|AVS 54th International Symposium|
|Session:||Biolubrication, Sensing and Adhesion|
|Presenter:||N.A. Burnham, Worcester Polytechnic Institute|
|Authors:||D.L. Liu, Worcester Polytechnic Institute
J. Martin, Analog Devices Inc.
N.A. Burnham, Worcester Polytechnic Institute
|Correspondent:||Click to Email|
Differing views on the effect of surface roughness on adhesion have appeared in the literature recently. Molecular dynamics has been used to simulate the contact of two surfaces and found that atomic-scale roughness can have a large influence on adhesion, causing the breakdown of continuum mechanics models.1 An experimental study showed that roughness can determine the adhesion in nanometer contacts and indicated that continuum mechanics still works down to nanometer length scales.2 In this work, we use a single-asperity model to describe a smooth tip in contact with a rough surface and predict that there is an optimal size of asperity that will yield a minimum of adhesion. Experimentally, adhesive forces on silicon wafers with varying roughness from 0.2 nm to 39 nm were measured using AFM (atomic force microscope) cantilevers with varying tip radii ranging from 75 nm to 9.08 um. It is found that for all tip radii, the adhesion falls significantly for roughness greater than 1-2 nm and drops at higher roughness for larger tips. Minimum adhesion was observed as predicted in the 1-10 nm range and the optimal roughness for minimal adhesion increases as the tip radius increases, which is also consistent with our predictions. The work presented here should help minimize adhesion in future MEMS devices and progress the understanding of adhesion between the atomic- and macro-scale.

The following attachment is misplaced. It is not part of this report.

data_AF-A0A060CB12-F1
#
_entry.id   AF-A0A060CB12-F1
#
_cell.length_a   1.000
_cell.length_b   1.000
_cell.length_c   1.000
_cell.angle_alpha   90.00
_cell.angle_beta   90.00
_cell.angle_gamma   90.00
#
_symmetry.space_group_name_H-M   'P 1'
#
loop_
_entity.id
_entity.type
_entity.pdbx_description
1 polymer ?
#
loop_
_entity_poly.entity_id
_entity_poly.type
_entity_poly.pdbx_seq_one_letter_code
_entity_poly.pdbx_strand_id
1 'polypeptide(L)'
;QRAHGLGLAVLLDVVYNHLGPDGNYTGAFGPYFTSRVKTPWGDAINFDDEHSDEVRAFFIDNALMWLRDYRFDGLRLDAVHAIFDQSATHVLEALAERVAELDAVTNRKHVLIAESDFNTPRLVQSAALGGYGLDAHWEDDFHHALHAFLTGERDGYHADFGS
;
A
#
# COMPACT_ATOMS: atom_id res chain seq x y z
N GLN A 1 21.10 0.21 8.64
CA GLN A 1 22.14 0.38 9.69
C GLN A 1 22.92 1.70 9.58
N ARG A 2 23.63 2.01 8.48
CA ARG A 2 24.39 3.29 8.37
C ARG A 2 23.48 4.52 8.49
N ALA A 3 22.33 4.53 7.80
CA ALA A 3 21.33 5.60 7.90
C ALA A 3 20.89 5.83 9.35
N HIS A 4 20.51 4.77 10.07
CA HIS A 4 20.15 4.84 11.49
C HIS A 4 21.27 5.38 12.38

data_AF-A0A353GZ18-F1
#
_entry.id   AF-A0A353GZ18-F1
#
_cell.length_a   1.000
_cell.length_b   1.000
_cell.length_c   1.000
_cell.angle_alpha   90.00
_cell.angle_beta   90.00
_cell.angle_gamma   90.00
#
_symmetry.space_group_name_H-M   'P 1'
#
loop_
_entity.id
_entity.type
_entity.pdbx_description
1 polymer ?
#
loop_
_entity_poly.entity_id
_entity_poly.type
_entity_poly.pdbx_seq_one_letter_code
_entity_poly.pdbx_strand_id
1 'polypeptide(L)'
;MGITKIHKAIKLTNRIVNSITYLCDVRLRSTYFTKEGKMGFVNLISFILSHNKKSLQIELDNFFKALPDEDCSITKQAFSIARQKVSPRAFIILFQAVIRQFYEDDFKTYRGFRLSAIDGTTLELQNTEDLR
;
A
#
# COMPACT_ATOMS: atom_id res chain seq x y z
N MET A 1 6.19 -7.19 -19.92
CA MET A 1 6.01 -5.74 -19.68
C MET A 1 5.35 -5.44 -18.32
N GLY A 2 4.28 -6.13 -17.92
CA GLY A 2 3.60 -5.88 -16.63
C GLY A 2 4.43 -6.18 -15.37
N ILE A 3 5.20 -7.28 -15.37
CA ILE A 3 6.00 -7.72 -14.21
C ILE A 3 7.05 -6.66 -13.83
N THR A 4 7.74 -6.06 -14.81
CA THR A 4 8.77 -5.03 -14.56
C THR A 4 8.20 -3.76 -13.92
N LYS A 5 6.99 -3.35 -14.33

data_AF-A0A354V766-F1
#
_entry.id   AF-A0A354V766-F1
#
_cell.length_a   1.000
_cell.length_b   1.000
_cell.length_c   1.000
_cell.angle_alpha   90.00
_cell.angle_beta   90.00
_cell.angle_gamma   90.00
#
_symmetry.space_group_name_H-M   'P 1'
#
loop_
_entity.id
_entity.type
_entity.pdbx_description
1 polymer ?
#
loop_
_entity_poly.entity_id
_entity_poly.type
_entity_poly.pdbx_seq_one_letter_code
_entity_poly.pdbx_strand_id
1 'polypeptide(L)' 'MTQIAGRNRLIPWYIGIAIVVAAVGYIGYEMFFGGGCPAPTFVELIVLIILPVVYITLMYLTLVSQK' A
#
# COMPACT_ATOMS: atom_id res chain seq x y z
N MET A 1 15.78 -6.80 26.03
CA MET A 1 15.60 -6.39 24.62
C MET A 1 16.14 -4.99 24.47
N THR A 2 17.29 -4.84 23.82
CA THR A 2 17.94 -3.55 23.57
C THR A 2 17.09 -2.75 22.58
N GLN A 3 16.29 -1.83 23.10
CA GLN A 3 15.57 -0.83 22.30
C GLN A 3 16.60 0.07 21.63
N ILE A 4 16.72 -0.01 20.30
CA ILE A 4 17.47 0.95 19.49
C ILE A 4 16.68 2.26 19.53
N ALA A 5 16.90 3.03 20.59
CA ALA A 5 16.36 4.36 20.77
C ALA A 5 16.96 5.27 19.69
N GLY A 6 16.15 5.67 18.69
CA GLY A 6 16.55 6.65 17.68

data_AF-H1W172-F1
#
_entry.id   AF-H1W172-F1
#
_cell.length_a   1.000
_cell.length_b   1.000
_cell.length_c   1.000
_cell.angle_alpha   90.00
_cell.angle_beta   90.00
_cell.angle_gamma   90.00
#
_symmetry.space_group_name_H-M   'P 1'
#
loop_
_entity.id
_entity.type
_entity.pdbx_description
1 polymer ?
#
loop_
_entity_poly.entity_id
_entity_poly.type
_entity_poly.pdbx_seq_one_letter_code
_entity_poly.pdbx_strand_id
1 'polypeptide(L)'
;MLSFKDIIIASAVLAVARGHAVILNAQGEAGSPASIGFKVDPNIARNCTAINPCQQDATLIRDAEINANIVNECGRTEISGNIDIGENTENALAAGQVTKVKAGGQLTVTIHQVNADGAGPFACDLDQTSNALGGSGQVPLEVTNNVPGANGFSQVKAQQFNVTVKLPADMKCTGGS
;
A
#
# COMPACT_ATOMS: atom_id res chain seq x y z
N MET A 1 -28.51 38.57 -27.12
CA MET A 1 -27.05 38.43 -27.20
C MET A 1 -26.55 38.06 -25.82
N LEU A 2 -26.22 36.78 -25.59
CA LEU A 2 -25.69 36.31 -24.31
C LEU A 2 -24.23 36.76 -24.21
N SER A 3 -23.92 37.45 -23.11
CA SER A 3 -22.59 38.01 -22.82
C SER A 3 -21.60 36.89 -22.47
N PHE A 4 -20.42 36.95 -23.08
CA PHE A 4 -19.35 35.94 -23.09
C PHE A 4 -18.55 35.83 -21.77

1 B. Luan and M.O. Robbins, Nature 435, 929-932 (2005).
2 E.J.Thoreson, J. Martin, N.A. Burnham, J. Colloid Interface Sci. 298, 94-101 (2006).